|04-03-2010 07:59 PM|
I found the noise! Pretty embarrassed about my boneheaded mistake but either way, I'm pumped it wasn't anything major. I used one different cam screw (don't ask me why...) and it was making contact with the timing cover. I went out and bought a set of new screws with a locking plate and bolted it all back up. Everything sounds great!
I appreciate everyone's input and putting up with the multitude of questions
|03-24-2010 09:30 AM|
|manchildau65||Good point, I was going to try and borrow a friends 'Mechanics Stethoscop' to search around. That would definitely help narrow down the area.|
|03-24-2010 09:02 AM|
|cobalt327||Have you tried using the piece of hose to listen with? This is something used by ALL mechanics, not just something that I dreamed up- you'd be amazed by what you can hear.|
|03-24-2010 08:58 AM|
I removed the fuel pump and rod, started the engine and the noise was still there. I also pulled the dipstick while it was running and the noise was still present.
With the belts off the front, I started the engine and felt both the timing cover and oil pan and didn't feel anything out of the normal. Someone mentioned that I should make sure that the harmonic dampener is fully seated because it holds the bottom timing gear tight. Is there any way to verify that the dampener is properly seated?
I think my next step is going to be tearing the front back down and looking inside the timing cover. Any additional thoughts?
|03-21-2010 07:21 PM|
|techinspector1||Pull the oil dipstick out and run it. Sometimes with the variations of parts that us guys use, the tip of the stick can be hit by a crank counterweight as it comes around.|
|03-21-2010 06:59 PM|
|ericnova72||Oil pan suggestion is a good one, my brother ran in to this with his 383 and a cheap chrome pan, front pair of rods just barely touched it ot the bottom of its stroke. We didn't find it until is was in the car and running too.|
|03-21-2010 06:51 PM|
Good point with the screw driver
Also, I'll remove all belts to minimize moving parts when listening.
I put a double roller timing timing gear set in it. Would the cheap timing cover not have enough clearance for this? If it didn't have enough clearance, I'm just not sure why it wouldn't be a consistant sound?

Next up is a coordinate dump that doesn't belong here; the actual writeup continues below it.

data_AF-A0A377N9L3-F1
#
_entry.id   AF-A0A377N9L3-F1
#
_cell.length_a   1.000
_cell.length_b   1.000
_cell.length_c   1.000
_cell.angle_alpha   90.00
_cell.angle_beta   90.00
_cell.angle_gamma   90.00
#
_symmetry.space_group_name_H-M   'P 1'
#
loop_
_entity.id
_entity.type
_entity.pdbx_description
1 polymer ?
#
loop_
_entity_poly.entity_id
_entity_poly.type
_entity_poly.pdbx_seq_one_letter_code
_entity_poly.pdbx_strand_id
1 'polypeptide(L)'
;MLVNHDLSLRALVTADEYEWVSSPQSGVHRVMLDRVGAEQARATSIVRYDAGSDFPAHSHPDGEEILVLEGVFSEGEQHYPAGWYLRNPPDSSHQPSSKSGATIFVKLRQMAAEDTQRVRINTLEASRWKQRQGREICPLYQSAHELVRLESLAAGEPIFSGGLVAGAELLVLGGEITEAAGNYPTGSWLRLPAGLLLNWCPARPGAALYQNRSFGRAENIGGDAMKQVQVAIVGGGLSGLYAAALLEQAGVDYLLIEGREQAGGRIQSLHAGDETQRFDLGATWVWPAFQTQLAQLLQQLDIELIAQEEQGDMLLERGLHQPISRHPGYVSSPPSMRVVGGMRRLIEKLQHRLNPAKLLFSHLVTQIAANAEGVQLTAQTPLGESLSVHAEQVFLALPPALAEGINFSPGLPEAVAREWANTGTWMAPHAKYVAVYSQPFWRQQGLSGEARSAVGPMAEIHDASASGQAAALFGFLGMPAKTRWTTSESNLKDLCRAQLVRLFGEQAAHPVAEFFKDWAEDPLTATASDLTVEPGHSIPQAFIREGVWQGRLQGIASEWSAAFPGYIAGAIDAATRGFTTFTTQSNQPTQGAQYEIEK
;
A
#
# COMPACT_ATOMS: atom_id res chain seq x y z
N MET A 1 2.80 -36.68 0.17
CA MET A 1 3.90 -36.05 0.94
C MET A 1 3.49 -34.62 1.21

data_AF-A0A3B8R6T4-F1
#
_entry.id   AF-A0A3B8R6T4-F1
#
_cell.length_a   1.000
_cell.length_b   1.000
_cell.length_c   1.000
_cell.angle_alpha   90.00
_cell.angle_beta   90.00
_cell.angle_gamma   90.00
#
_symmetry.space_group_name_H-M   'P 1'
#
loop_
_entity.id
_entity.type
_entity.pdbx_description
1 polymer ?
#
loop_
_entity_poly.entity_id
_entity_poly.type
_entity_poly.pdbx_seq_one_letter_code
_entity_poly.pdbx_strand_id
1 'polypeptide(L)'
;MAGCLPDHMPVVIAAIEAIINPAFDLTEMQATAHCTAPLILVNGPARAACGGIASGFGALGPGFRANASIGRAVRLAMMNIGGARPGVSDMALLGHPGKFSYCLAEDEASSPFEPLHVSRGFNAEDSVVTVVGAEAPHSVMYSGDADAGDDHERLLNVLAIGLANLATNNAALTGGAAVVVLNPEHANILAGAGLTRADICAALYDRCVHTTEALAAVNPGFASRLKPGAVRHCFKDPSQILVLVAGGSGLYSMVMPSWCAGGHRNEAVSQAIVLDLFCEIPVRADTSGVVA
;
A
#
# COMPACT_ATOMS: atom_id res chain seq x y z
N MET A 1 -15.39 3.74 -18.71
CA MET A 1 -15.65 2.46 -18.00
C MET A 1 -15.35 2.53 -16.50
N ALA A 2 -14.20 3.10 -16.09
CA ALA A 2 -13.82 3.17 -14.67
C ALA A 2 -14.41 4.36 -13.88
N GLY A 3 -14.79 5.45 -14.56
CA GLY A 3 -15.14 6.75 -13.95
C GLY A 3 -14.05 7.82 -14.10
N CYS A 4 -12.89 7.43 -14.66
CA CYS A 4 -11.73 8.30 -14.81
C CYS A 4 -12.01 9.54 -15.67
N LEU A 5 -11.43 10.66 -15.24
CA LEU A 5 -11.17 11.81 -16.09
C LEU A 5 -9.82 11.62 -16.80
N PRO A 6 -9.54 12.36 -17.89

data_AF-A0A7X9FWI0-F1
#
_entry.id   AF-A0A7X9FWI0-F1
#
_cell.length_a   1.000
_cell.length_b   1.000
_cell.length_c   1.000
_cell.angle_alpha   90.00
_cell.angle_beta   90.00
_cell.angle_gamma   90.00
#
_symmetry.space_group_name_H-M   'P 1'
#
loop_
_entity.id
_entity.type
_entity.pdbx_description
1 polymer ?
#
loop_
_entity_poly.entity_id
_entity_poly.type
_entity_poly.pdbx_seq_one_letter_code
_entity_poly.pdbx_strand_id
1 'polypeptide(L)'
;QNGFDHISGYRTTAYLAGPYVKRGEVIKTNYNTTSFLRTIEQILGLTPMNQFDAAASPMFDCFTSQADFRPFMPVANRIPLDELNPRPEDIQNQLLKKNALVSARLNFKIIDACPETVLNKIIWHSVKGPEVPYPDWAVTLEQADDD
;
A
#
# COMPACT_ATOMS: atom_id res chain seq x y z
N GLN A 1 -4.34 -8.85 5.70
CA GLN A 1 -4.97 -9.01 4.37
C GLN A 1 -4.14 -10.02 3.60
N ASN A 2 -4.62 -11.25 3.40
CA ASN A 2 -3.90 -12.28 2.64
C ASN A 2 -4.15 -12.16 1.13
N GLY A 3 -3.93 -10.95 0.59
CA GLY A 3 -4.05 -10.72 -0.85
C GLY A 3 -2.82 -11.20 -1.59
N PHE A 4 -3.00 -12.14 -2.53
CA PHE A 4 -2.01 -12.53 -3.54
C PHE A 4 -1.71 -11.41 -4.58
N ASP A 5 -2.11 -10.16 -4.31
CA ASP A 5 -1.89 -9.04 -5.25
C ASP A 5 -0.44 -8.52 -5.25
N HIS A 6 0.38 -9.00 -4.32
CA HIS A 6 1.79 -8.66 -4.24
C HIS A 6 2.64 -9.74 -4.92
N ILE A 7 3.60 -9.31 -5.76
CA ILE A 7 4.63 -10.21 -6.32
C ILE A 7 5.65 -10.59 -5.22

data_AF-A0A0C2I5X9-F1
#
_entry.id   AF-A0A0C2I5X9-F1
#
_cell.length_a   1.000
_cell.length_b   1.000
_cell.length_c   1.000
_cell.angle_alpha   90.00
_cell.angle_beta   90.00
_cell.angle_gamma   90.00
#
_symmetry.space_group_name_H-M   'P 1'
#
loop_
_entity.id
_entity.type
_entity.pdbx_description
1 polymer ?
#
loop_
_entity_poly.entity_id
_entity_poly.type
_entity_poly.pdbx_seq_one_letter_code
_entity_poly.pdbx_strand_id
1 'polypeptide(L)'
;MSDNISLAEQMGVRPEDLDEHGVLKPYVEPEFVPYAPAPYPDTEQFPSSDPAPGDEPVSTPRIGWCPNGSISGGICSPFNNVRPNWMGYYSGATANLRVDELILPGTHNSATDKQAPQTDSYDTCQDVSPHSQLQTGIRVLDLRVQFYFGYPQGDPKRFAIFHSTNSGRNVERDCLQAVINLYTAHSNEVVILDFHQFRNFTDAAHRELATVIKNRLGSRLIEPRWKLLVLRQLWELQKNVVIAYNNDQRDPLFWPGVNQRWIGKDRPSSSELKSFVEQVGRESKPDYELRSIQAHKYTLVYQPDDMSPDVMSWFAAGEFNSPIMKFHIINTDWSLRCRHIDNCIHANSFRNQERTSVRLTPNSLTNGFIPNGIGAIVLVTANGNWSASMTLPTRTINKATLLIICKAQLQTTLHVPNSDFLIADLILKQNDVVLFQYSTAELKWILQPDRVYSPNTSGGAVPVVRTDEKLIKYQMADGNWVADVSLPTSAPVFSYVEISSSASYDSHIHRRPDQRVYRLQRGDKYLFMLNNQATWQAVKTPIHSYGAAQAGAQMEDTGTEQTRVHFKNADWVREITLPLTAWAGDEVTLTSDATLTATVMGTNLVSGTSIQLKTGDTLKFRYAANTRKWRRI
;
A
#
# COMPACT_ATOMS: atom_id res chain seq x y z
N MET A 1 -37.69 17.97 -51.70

|03-21-2010 06:41 PM|
I would suggest a mechanic's stethoscope or a length of fuel hose held to your ear to isolate exactly where there's metal to metal contact.
Keep your body, cloths, hair , etc. away from the belts and revolving parts. No wristwatch or jewelry, either.
Don't use a long screwdriver for this. It works equally well as a stethoscope- and as a shish kabob stick for your brain.
|03-21-2010 06:34 PM|
Some more detail: the noise continues through the RPM range, sound is still present with accessories disconnected (fan, alternator, steering pump, water pump...), pullies have been changed out to another stock set.
The oil pan is a cheapie chrome auto parts version - same with the timing cover. If you were to further troubleshoot, what would your method be? Right now is the ideal time to tear into things... the front clip isn't even bolted in.
|03-21-2010 04:21 PM|
Alright, I've loaded it to youtube, seem to be the easiest and fasted way to make the video available. Here it is: http://www.youtube.com/watch?v=G-tCzjfdbz8
Thanks for any help!
|03-21-2010 03:28 PM|
So the engine is running smooth and is very responsive... however, there seems to be a unique sound that it makes every revolution. It is hard to describe, it really isn't a tick or a knock, how do I go about loading a video so someone could help me diagnose?
|01-23-2010 07:25 AM|
I've got everything I need to get going but am not sure of the timing... in the past I did it by ear and feel (I know probably not good for it). Any suggestions for my application?
|12-28-2009 07:05 PM|
Hi guys, sorry it's been so long since my last post, but I'm excited to say that the engine/truck are coming togethor quite well. One final question for you all, what timing do you think I should set it at? I'll be running 93 octane with the cam and specs described within the first post. Thanks again for all of the input!
|06-30-2009 03:47 PM|
......"They said that you should be atleast 0.030" over your bore size (still don't understand why)"
When the machine shop bores and hones the block, they add a chamfer at the top of the bore to aid in getting the rings to start into the bore when you assemble the motor. The actual bore size at the very top of the bore therefore, is larger than the rest of the bore. So if you use a head gasket with a diameter the same as the main part of the bore or very close to it, the gasket will overhang the chamfered part of the bore at the very top of the cylinder.
|06-30-2009 03:24 PM|
Make sure the engine is also drilled and tapped for whichever you plan to use- the 400 I have has both patterns in the block, IIRC. As does most or all V8 blocks. Some V6 90 degree blocks don't.
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